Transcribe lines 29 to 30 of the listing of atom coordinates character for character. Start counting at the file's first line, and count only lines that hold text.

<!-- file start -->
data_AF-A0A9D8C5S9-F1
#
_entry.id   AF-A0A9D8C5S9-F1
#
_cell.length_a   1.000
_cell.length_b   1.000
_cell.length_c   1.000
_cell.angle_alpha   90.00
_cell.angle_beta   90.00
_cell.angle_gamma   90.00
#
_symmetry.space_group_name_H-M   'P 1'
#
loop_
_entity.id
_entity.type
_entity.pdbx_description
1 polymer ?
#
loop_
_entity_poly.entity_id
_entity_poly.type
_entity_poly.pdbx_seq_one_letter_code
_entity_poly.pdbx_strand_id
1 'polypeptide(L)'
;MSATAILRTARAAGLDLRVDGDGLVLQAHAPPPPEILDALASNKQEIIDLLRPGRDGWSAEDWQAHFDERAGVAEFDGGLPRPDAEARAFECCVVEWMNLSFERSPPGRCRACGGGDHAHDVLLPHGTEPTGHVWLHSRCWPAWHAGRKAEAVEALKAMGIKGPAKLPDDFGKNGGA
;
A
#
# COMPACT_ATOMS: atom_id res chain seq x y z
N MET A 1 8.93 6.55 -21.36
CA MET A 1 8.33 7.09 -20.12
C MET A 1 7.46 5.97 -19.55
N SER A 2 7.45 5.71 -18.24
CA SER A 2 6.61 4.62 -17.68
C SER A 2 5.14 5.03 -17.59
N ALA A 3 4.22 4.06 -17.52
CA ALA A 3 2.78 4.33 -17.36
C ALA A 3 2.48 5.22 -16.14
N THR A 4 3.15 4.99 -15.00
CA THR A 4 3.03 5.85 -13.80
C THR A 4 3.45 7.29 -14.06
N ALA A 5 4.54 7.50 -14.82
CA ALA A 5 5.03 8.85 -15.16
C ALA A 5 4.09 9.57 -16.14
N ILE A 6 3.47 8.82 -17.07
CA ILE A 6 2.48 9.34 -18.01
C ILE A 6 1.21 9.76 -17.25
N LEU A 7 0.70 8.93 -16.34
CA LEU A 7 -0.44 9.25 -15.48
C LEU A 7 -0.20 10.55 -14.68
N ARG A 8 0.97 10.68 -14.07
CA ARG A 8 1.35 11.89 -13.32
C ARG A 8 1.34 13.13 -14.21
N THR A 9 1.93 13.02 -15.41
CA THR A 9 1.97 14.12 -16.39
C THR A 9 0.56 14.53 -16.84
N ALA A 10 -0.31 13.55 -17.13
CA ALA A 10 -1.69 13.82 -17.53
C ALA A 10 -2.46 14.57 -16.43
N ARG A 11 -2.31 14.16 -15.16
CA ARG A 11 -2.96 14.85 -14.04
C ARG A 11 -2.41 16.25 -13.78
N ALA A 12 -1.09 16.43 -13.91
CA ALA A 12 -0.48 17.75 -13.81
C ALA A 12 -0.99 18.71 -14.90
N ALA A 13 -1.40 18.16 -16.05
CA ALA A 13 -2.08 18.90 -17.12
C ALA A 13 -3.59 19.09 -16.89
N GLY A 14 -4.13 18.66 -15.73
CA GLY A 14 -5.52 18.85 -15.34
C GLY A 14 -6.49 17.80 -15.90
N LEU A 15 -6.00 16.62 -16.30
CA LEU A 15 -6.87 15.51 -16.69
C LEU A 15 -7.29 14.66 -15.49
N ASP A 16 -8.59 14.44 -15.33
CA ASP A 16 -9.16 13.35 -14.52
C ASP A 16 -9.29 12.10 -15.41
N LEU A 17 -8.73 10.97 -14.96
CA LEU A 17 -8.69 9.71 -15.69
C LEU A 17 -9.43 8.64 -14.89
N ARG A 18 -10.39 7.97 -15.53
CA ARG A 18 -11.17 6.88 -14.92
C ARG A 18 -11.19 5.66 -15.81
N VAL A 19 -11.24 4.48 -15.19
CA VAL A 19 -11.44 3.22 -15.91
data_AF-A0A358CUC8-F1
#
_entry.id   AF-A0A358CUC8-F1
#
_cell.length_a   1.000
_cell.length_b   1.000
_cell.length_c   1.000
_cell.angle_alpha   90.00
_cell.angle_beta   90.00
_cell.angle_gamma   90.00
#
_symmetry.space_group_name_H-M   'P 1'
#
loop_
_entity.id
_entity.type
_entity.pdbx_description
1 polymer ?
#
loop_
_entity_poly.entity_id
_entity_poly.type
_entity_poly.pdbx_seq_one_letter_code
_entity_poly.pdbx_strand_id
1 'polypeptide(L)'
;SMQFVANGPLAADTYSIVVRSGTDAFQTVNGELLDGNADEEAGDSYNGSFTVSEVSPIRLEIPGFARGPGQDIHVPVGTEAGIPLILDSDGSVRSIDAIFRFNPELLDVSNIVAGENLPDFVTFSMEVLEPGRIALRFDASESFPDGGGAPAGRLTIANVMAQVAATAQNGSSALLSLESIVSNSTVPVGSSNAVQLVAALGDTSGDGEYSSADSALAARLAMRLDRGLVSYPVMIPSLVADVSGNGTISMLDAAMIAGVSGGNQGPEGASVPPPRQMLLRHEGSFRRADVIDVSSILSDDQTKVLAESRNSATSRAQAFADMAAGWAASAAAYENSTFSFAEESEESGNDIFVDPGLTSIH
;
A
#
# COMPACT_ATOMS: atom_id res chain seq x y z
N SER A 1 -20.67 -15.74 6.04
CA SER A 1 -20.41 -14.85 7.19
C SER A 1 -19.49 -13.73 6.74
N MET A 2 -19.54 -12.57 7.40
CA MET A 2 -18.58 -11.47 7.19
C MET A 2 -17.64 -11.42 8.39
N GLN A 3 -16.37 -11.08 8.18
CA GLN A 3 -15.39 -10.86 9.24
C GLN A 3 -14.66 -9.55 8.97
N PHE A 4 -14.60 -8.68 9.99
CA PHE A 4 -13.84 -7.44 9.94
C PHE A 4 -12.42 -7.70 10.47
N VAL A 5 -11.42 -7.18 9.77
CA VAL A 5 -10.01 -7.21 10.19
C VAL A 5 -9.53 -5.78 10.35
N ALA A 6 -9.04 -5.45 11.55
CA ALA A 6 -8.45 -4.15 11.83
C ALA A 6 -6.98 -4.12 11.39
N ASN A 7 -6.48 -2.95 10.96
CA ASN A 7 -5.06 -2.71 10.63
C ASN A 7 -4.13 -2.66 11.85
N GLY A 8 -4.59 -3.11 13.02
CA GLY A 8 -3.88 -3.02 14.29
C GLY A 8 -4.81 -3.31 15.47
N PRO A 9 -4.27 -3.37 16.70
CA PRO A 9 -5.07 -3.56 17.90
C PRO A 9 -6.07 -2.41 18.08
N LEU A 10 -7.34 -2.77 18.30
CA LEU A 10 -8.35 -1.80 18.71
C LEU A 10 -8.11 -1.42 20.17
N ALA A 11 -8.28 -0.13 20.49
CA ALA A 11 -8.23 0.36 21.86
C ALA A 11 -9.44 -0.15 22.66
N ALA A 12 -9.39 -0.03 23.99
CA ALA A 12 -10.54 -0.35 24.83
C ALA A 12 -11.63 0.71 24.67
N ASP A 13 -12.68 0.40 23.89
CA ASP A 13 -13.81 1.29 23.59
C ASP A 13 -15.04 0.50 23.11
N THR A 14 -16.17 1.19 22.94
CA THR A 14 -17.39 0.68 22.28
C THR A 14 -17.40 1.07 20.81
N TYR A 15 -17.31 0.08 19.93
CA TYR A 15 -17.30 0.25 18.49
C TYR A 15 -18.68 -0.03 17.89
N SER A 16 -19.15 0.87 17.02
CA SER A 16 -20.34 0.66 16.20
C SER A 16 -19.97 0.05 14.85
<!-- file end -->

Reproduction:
#
# COMPACT_ATOMS: atom_id res chain seq x y z